Special Features: 3/5

With the exception of the two Audio Commentary tracks, all of the Special Features can be found on the included original Blu-ray release.

Audio Commentary with Director Joe Dante, Producer Michael Finnell, and Special Effects Artist Chris Walas: Included on both discs, this is the more technical commentary of the two, as the three men discuss the technical challenges of making the movie.

Audio Commentary with Director Joe Dante and Actors Zach Galligan, Phoebe Cates, Dick Miller, and Howie Mandel: Also included on both discs, this is the more entertaining of the two, as the actors join in and discuss what it was like on the set while Howie Mandel talks about voicing Gizmo as his first-ever voice-over role, all while Dante keeps the track very lively.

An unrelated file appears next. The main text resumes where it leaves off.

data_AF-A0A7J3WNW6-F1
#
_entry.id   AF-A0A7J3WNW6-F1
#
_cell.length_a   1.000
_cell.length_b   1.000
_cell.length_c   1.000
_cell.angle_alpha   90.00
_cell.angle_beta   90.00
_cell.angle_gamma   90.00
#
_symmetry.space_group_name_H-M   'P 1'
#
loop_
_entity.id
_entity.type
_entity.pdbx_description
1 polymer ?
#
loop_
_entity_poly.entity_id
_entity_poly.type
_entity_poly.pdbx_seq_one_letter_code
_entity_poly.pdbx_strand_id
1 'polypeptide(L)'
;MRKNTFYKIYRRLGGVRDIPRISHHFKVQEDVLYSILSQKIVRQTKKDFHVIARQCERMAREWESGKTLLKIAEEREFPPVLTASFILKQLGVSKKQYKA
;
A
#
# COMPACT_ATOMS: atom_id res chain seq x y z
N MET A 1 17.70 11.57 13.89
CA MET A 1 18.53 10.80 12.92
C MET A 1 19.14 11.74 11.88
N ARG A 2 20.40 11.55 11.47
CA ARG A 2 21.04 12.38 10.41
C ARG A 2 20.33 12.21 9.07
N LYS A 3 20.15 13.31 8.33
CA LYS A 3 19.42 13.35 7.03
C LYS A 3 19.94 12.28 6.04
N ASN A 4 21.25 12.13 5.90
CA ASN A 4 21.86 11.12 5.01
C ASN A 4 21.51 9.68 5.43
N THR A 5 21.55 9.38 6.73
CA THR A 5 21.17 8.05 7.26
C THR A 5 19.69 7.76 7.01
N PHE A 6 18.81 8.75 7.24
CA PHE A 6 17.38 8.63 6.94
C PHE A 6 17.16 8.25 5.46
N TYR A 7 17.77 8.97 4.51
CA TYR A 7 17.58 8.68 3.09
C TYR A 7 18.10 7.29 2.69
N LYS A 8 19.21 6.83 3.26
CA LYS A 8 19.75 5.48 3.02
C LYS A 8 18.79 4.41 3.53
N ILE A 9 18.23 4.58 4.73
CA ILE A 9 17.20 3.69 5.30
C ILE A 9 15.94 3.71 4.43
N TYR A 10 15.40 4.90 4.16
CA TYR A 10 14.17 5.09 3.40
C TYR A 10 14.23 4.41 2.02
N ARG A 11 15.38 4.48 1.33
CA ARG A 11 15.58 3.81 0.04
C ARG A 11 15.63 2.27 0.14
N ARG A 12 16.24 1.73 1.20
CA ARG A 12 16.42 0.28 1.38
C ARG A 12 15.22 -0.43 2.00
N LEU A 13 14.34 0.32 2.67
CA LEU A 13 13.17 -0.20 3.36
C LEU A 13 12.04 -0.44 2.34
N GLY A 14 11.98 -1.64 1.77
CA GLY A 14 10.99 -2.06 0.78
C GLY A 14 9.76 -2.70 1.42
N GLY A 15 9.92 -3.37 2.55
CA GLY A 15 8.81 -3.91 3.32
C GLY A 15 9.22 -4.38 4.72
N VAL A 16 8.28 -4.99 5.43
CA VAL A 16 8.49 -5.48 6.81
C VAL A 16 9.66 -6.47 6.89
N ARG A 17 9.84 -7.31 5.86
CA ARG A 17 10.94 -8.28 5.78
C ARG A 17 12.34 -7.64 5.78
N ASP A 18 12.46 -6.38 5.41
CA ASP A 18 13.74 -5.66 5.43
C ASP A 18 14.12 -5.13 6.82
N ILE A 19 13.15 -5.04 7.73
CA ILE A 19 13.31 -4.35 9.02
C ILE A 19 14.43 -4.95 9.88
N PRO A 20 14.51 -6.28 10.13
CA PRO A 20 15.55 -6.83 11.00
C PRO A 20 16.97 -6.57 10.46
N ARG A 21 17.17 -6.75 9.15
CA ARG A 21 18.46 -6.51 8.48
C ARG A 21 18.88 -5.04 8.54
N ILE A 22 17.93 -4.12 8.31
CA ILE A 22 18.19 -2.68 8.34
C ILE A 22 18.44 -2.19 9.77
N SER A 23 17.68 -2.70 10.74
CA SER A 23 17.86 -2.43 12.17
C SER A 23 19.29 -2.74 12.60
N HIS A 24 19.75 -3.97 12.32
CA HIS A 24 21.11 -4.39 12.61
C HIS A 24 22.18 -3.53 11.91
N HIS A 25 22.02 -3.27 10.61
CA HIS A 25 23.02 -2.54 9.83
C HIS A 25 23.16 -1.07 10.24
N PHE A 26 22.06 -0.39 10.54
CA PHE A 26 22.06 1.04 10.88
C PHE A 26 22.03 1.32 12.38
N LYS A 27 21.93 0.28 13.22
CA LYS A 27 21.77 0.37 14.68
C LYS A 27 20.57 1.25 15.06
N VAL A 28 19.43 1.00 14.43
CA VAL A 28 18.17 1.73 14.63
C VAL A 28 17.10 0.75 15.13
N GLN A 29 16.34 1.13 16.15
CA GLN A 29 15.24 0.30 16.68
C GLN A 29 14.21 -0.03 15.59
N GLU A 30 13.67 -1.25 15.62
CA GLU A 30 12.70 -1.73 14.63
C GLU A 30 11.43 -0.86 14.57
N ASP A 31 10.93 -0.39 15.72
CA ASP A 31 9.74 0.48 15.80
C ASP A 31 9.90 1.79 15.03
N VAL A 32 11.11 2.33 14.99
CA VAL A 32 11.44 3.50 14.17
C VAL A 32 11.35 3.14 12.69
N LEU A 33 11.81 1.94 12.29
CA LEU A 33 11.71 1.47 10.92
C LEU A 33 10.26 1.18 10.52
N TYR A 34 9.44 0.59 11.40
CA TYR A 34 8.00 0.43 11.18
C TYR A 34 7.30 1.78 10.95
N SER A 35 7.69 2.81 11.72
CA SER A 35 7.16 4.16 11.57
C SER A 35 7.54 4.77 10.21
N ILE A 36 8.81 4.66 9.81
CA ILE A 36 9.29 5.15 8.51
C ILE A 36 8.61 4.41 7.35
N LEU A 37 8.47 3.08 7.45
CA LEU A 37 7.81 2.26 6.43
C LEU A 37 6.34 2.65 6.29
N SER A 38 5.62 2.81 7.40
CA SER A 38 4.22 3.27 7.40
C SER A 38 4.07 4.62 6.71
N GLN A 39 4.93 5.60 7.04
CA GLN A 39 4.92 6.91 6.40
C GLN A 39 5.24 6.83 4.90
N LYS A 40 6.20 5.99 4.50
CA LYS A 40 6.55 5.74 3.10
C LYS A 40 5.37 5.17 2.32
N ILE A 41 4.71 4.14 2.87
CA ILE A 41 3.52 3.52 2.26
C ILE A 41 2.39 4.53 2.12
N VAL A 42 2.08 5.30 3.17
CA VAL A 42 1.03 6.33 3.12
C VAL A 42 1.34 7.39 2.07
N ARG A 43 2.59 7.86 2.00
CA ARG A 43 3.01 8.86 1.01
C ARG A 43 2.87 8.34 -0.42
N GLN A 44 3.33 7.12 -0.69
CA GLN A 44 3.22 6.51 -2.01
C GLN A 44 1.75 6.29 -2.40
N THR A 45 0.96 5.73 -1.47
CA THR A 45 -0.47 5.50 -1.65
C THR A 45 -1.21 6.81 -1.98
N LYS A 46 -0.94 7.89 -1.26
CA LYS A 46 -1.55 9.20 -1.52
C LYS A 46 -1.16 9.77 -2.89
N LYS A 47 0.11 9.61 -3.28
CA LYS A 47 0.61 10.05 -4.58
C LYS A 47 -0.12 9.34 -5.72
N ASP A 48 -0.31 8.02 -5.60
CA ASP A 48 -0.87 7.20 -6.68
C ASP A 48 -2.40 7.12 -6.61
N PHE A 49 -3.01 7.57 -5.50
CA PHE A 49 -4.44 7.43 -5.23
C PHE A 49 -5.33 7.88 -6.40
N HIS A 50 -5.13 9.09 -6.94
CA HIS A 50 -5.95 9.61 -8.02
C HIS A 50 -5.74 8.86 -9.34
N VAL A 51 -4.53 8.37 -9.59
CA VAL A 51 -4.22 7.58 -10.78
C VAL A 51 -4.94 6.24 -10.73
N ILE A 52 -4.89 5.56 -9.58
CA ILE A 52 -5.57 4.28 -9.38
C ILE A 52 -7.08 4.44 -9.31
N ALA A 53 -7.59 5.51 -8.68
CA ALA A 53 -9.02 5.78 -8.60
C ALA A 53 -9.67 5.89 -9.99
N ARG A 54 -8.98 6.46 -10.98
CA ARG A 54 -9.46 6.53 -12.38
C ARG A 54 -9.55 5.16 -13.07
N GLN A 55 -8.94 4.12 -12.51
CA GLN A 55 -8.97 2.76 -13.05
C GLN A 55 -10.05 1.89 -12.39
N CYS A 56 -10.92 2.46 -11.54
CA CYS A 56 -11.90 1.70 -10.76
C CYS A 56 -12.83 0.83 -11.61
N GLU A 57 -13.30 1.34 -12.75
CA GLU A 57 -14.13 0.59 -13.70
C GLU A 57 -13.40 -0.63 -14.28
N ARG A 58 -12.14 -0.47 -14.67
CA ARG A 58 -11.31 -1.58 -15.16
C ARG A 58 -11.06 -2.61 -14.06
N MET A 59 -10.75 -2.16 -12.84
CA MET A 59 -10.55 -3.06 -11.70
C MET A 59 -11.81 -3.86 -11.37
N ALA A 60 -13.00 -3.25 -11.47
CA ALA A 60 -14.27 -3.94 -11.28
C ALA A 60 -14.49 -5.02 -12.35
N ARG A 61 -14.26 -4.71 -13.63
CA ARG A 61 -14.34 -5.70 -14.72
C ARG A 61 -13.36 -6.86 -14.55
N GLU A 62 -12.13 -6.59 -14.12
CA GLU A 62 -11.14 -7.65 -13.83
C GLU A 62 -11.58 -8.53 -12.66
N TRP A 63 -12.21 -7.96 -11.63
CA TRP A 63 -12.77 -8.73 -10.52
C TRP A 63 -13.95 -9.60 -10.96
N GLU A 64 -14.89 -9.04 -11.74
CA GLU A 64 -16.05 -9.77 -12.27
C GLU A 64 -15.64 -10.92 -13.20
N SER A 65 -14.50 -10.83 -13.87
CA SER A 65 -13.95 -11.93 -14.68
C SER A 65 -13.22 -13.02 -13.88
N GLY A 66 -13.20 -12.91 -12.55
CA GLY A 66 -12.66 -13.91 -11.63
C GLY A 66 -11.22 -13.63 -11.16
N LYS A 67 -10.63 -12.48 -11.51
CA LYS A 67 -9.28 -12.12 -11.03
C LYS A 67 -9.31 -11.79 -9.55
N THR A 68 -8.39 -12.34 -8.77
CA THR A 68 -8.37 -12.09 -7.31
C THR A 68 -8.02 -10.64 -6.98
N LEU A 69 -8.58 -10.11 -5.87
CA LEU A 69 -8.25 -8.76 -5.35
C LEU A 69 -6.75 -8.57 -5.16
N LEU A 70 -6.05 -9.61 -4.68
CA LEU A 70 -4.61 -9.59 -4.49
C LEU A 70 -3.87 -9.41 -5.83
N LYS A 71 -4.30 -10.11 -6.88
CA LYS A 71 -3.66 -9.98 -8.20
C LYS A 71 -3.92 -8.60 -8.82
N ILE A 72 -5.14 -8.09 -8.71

Gremlins: Behind the Scenes (480i; 6:20): An archival EPK piece from 1984.

Additional Scenes (480i; 10:26): with optional commentary.

Photo Gallery (1080p): 30 stills in all, mostly production stills plus a few very small and hard to read storyboards.

Trailers (480i; 4:42): Two theatrical trailers for Gremlins and a teaser trailer for Gremlins 2: The New Batch.

Digital Copy: An insert contains a code to redeem a digital copy (in UHD where available) from Movies Anywhere.

Overall: 4/5

Gremlins is a film that has remained in my top 20 all-time favorites, and Warner’s new 4K UHD release is the best it has ever looked.

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Published by

Todd Erwin



Supporting Actor
Mar 27, 2001
Real Name
The included Blu-ray has Dolby TrueHD as the audio. I believe that has been the audio for both previous Blu-ray releases.


Dec 20, 2011
Real Name
Matt Kelly
I was going to purchase this but some of the caps I've seen posted elsewhere on this title suggest that it's too dark. Is the UHD substantially darker than the old BD?